A Day in the Life of a Volunteer at Pets for Life Animal Shelter Part One: The Morning Shift
Updated: Sep 3
Earlier in the year, we discussed why you should become a shelter volunteer and what some of the attributes you need to have are. To recap, they included a love of animals, kindness, patience and responsibility.
This month, we are going to expand on this topic and give you a comprehensive day-in-the-life of a volunteer here at our shelter. Our shelter has a morning and afternoon shift, both run completely by volunteers, so this post will just cover the former. Let us know in the comments below if you want to read about the afternoon shift and another important thing that happens during the day at our shelter!
Every shelter has different methods and schedules for their animals, and as with any organisation dealing with living things, you have to be flexible. Our schedule as volunteers adapts ever so slightly depending on what cats are in the shelter, and what their individual needs are. For example, we may have to give them medication or a different type of food. This ensures they are the most comfortable they can be at our shelter, which helps them be their authentic happy selves and hopefully get adopted faster, as they are more willing to foster connections with others.
Today, we will be covering the basic schedule of the morning shift, which usually starts at 8:30am. The moment you walk through the shelter door, you are greeted by a symphony of hungry and excited cats who all do their best to get your attention. We have a book to keep logs of every shift, which allows all volunteers to be updated on if there is anything they need to be looking out for on their shift. Usually everything is fine, but it’s always better to be safe, so we check that book as soon as we start a shift. We also sign in and out of the log book (for insurance purposes).
Once updated, it’s time to feed the cats. In the morning we feed them wet food, unless they have a special dietary need which we prepare for them instead. As almost every animal owner knows, when handing out food animals get very impatient. In some cases our cats will climb up their enclosures to try and get closer, or try to reach into other’s enclosures to steal food! Once everyone is fed and content in their own spaces, however, we will clean up any unforeseen messes that may have happened throughout the night (vomit, diarrhoea etc.) before prepping to clean.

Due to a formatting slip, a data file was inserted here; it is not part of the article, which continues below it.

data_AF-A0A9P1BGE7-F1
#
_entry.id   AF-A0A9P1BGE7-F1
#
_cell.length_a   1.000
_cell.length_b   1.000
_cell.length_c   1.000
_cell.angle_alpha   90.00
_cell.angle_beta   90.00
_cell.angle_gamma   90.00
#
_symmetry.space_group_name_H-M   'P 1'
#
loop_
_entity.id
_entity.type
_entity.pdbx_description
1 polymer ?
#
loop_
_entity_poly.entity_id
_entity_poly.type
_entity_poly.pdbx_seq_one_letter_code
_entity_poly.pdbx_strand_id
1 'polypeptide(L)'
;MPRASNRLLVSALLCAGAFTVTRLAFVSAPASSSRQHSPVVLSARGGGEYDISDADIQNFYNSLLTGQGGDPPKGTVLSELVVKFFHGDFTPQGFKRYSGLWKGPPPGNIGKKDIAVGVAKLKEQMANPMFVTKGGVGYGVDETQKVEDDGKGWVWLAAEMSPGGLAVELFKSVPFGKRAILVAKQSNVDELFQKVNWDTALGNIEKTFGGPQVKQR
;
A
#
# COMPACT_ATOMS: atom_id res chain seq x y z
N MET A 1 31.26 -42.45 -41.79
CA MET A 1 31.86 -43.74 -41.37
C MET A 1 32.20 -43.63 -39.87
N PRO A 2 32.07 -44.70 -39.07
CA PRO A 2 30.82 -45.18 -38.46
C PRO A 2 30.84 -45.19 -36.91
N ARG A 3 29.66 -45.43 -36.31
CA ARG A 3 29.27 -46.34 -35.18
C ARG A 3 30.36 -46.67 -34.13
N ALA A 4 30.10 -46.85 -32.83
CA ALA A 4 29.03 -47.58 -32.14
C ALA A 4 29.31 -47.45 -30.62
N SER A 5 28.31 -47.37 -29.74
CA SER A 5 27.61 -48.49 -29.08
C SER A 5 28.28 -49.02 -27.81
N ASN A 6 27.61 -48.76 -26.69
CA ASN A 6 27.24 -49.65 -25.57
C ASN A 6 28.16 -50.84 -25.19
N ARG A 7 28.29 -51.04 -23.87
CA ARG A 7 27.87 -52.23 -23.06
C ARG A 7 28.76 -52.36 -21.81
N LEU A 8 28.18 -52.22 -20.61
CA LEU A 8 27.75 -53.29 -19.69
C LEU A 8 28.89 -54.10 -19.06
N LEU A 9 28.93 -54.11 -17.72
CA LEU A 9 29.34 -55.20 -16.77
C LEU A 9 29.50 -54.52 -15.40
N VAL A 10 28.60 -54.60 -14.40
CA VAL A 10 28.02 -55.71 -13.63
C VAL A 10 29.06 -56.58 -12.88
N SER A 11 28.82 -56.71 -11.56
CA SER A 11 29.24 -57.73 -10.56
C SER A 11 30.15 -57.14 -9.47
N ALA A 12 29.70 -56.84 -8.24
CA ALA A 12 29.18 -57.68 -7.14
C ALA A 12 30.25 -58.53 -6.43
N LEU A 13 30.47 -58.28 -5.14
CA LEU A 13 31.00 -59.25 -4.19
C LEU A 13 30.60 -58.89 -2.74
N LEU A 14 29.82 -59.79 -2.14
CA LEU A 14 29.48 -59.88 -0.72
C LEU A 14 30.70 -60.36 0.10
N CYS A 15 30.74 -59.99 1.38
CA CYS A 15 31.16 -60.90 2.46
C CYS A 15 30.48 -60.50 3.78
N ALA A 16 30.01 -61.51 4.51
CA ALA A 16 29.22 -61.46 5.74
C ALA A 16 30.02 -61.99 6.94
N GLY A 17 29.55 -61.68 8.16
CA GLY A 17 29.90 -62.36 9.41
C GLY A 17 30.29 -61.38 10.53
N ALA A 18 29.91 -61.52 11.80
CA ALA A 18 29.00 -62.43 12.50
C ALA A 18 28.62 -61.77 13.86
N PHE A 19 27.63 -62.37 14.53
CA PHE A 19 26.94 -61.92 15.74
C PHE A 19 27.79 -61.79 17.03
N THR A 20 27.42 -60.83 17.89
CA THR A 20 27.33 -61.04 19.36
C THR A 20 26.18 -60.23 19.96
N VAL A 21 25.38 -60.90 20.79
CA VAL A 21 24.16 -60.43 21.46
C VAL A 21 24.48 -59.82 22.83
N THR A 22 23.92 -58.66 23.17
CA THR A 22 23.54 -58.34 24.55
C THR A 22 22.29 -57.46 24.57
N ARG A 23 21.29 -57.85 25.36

Prepping to clean involves a few simple steps. We pack away the dishes left to dry from the last shift. We put hot water and dish soap in a big container to place the dirty dishes in as we go between cat enclosures and fill the mop bucket. Then, we get into cleaning each enclosure that's housing a cat. This involves wiping down the surfaces and toys with bleach and water, changing the kitty litter and scrubbing out the litter tray and finally sweeping and mopping the enclosure’s floor. Whilst cleaning their spaces, we either put the cats in different cages or let them free range around the shelter to stretch their legs. This depends on the cats we have in the shelter at any given time, as some may not be comfortable interacting with the other cats so it is best to keep them separated.
After an enclosure is clean, we give its guest some attention, petting, brushing and/or playing with the cats to ensure their needs are met and help with their wellbeing whilst at the shelter. Then we put them back into their newly cleaned enclosure and move onto the next one!
When all of the in-use cat enclosures are done, the rest of the shelter space is swept and mopped and the dishes are cleaned. Finally, we write a log in the book to update the other volunteers, check that every cat has fresh water and take out the bin. After that, the morning shift is complete! Depending on how many cats we have in the shelter, and if another volunteer is on the shift with you, it’ll take around 1-2 hours, which isn’t much time compared to how much of a difference you’re making in these animals’ lives (and yours)!